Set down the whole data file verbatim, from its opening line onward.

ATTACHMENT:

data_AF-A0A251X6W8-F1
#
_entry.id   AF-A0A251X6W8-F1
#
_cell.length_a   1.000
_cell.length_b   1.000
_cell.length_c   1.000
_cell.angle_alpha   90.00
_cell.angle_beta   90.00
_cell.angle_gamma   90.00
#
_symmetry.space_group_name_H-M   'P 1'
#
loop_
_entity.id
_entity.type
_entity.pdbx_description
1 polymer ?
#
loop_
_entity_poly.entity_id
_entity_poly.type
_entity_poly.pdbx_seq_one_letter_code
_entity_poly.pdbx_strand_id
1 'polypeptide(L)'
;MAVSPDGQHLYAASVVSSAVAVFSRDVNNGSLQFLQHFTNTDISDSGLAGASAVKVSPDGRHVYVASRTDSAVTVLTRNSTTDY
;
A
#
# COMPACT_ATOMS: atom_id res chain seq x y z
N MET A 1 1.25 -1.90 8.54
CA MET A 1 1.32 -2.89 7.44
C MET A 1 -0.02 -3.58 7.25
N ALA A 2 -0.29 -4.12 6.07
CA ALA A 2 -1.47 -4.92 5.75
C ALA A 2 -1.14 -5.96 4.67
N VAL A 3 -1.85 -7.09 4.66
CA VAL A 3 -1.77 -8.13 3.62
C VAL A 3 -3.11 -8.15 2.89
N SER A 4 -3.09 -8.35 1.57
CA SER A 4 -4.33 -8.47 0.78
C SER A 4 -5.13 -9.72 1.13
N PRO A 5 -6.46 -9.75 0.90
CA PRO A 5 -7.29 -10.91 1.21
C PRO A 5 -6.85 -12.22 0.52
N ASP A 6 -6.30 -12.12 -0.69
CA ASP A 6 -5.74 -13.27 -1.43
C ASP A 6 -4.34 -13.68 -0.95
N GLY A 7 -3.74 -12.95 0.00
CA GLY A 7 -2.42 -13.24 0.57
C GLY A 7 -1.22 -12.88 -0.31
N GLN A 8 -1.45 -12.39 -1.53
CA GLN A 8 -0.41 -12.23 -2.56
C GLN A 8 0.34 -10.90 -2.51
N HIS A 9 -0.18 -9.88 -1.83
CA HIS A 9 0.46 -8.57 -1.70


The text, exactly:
data_AF-A0A251X6W8-F1
#
_entry.id   AF-A0A251X6W8-F1
#
_cell.length_a   1.000
_cell.length_b   1.000
_cell.length_c   1.000
_cell.angle_alpha   90.00
_cell.angle_beta   90.00
_cell.angle_gamma   90.00
#
_symmetry.space_group_name_H-M   'P 1'
#
loop_
_entity.id
_entity.type
_entity.pdbx_description
1 polymer ?
#
loop_
_entity_poly.entity_id
_entity_poly.type
_entity_poly.pdbx_seq_one_letter_code
_entity_poly.pdbx_strand_id
1 'polypeptide(L)'
;MAVSPDGQHLYAASVVSSAVAVFSRDVNNGSLQFLQHFTNTDISDSGLAGASAVKVSPDGRHVYVASRTDSAVTVLTRNSTTDY
;
A
#
# COMPACT_ATOMS: atom_id res chain seq x y z
N MET A 1 1.25 -1.90 8.54
CA MET A 1 1.32 -2.89 7.44
C MET A 1 -0.02 -3.58 7.25
N ALA A 2 -0.29 -4.12 6.07
CA ALA A 2 -1.47 -4.92 5.75
C ALA A 2 -1.14 -5.96 4.67
N VAL A 3 -1.85 -7.09 4.66
CA VAL A 3 -1.77 -8.13 3.62
C VAL A 3 -3.11 -8.15 2.89
N SER A 4 -3.09 -8.35 1.57
CA SER A 4 -4.33 -8.47 0.78
C SER A 4 -5.13 -9.72 1.13
N PRO A 5 -6.46 -9.75 0.90
CA PRO A 5 -7.29 -10.91 1.21
C PRO A 5 -6.85 -12.22 0.52
N ASP A 6 -6.30 -12.12 -0.69
CA ASP A 6 -5.74 -13.27 -1.43
C ASP A 6 -4.34 -13.68 -0.95
N GLY A 7 -3.74 -12.95 0.00
CA GLY A 7 -2.42 -13.24 0.57
C GLY A 7 -1.22 -12.88 -0.31
N GLN A 8 -1.45 -12.39 -1.53
CA GLN A 8 -0.41 -12.23 -2.56
C GLN A 8 0.34 -10.90 -2.51
N HIS A 9 -0.18 -9.88 -1.83
CA HIS A 9 0.46 -8.57 -1.70